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not every one of them justify his Majesty's Ministers in going to war? How stands the case as to Switzerland? Were his Majesty's Ministers indifferent? Did they behold with apathy the independence and liberty of that brave but 'ill-fated people trampled upon ? No: they send a confidential agent, who interposes and interests himself as much as the circumstances of the case would admit; but because complete success did not attend his mission, are Ministers to be charged with incapacity to discharge the high truft reposed in them? But if Bonaparte be deemed arrogant, fo is England: he meant not to become his apologist, and he hoped this country would be long charged with that species of arrogance. It was by afferting our rights and supremacy at sea, that we grew to be the envy of the world. As to Malta, he considered the poffeffion of it so efTentially necessary to the existence of our commercial greatness and independence, that he thought it could not be given up on any account. Ministers are also charged with having submitted to insults, and forborne to remonstrate with firmness againft the conduct of France to Holland. But this is unfounded; for it is well known that their forbearance was at the instance of Holland itself. They are likewise charged with abandoning the unfortunate Swiss. What could England do alone in such a contest? The powers of the continent refused to interfere ; and is their criminal indifference chargeable in this House as a crime to his Majesty's Minillers ? As to infulis, he would state it as a cause of exultation to himself, that the Firft Consul had spoken of the freedom of our press, and found himself at lengih constrained to recur to ihe judicial decisions of the country. And as to Sebastiani, he thought that if the French Government chose to deny the object of his miffion, the Government, this House, and the country, were abundantly satisfied, and could not feel any longer an insult upon this point. He concluded with observing, that hon. Members substituting affertions for facts, and their private opinions for official papers, they could not expect the support of the House.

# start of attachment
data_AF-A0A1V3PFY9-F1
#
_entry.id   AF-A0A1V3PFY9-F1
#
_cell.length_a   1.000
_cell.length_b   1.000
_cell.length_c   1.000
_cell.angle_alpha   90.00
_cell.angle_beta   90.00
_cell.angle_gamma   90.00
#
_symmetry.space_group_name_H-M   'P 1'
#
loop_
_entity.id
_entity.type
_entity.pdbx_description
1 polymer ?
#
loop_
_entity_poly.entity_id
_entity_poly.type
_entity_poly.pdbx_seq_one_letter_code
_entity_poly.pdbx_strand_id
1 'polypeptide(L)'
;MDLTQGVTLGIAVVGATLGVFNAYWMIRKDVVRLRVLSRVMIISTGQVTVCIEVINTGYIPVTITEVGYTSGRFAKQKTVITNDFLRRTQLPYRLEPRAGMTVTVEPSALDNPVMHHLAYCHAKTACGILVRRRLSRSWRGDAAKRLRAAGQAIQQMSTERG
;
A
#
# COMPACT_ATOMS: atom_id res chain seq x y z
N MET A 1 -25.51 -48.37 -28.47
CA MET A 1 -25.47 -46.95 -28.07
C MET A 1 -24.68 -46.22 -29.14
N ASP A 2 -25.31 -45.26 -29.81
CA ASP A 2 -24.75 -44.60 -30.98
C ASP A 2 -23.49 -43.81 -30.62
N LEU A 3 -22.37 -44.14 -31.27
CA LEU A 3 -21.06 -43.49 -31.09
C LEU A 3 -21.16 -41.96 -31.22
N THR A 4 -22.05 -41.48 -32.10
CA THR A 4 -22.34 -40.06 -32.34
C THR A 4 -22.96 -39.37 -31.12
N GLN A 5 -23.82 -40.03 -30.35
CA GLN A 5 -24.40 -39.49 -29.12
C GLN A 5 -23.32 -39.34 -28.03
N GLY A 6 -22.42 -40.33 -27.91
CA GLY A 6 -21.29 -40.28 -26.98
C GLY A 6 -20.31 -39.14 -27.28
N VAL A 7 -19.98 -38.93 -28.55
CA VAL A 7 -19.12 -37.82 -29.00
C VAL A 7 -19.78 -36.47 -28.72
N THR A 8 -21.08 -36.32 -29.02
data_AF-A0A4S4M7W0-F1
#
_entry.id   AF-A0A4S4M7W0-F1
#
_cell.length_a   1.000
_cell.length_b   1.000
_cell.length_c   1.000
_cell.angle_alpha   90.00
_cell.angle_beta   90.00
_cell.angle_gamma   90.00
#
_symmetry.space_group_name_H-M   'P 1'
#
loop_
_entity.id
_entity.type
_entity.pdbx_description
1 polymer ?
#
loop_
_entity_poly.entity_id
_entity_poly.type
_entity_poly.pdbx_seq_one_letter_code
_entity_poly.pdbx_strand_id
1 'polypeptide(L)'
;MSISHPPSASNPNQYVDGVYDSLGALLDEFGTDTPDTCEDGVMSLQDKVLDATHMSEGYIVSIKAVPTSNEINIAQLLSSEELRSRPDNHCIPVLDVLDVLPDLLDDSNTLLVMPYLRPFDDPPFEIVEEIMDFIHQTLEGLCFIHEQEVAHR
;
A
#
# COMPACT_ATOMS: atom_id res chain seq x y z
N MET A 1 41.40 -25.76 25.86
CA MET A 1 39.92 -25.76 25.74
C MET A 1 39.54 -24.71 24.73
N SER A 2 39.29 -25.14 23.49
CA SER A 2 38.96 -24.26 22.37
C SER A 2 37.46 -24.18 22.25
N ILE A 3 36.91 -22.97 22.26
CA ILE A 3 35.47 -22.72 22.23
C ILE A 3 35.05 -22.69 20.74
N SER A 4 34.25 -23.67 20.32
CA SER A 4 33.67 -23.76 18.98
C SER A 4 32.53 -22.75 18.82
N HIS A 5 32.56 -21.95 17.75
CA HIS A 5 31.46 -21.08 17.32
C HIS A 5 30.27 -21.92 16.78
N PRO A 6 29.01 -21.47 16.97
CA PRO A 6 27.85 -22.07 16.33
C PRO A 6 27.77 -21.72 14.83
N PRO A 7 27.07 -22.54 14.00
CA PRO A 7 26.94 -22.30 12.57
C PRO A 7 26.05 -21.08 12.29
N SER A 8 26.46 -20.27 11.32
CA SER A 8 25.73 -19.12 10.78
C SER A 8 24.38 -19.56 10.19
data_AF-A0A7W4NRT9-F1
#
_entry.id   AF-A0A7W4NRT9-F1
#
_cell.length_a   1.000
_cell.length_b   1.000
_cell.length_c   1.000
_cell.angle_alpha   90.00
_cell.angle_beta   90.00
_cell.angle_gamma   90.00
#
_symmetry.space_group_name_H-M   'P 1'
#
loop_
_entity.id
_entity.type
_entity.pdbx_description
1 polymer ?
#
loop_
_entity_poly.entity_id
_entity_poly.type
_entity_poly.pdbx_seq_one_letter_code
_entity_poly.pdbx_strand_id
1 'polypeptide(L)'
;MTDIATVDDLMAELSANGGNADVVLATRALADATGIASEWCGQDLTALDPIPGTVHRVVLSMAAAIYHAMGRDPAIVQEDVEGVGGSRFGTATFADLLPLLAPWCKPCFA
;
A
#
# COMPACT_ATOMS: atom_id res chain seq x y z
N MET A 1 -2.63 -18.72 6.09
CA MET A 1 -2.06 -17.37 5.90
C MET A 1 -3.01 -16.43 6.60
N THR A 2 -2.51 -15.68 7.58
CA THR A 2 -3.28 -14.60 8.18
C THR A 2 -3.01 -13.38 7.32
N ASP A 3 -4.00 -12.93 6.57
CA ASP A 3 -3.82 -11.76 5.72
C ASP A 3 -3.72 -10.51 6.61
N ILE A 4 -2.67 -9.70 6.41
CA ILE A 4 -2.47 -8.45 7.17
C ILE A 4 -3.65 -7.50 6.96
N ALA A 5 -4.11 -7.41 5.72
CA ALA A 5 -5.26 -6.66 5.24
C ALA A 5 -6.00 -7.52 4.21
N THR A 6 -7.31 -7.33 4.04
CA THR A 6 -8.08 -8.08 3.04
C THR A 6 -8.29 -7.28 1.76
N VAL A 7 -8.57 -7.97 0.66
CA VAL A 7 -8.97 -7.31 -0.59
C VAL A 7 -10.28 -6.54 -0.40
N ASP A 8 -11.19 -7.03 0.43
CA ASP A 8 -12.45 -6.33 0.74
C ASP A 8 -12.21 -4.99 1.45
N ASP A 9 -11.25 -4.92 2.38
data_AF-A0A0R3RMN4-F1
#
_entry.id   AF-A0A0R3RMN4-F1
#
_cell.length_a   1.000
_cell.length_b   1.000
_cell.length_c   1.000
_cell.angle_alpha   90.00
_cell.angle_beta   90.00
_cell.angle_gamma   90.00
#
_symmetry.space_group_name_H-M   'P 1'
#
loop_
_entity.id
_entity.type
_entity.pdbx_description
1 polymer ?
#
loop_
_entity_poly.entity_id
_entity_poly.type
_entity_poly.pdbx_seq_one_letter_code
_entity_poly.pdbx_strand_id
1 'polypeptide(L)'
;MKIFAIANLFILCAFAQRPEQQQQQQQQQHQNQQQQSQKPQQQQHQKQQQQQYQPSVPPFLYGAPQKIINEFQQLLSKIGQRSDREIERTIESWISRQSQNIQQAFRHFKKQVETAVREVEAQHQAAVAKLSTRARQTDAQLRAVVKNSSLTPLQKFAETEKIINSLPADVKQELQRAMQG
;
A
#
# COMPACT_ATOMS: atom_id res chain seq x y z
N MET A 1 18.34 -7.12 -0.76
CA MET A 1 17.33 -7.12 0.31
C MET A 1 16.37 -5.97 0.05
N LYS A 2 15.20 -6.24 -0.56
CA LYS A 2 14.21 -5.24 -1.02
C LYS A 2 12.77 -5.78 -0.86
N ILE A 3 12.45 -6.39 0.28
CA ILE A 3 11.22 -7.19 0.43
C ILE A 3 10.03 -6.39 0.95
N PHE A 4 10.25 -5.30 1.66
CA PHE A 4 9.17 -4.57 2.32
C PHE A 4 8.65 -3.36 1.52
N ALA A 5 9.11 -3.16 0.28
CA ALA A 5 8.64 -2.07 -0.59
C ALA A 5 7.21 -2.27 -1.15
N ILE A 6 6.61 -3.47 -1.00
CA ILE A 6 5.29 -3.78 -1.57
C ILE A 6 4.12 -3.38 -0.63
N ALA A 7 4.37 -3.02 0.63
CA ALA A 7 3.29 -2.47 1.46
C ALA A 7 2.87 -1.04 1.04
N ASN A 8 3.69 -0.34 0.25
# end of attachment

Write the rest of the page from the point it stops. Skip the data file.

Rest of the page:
Mr. Archdale professed his approbation of the conduct of Ministers through the whole negotiations. He thought they had been throughout animated with a sincere desire to preserve the peace, consistent with the honour and the interests of the country. He earnestly recommended unanimity at so important a crisis, and was happy to see a determination ap: pearing to drop all party differences and diftra&ions. He

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congratulated the House on the important improvement which had taken place in the temper and disposition of the people of Ireland." The conduct of the First Consul had opened ihe eyes of the deluded, and all ranks now detested him as the common enemy of the independence and the liberty of man. kind. Even at Belfalt, if he should dare to make his appear. ance, he would meet with a very warm reception from the well-affected from principle; and from some of our Jacobins from revenge. [A laugh.] The hon. Member concluded by enforcing his recommendation to unanimiry.

Mr. C. Wynne condemned Ministers strongly, for deluding the nation with hopes of peace, when every act of the French Government manifested a hostile and dangerous spirit, which rendered any hope of continued peace absurd. He was warmly in favour of the motion.

• Mr. Courtenay expressed himself willing to join issue with those who supposed the aggreffions of France had forced the country into a war. At the same time he approved of the plan of the hon. Gentleman (Archdale) who wished to reconcile all parties. He considered the new oppofiriongo be respectable and enlightened, because they supported the war after condemning the peace, as it argued a meritorious conlistency. He was followed by another hon. Gentleman, whose argument put him in mind of a lage legislator of old, Hippocrates: he says, if a broken leg in ihe setting becomes crooked and distoried, the only way to regain is original beauty is by breaking it again. So Ministers had done with the Treaty of Amiens, and it was left to the House to contemplate the skill and prudence with which the case would be managed. He had just said so much by way of saying something, and Mould lit down with one observation, namely, as that he had nothing more to say."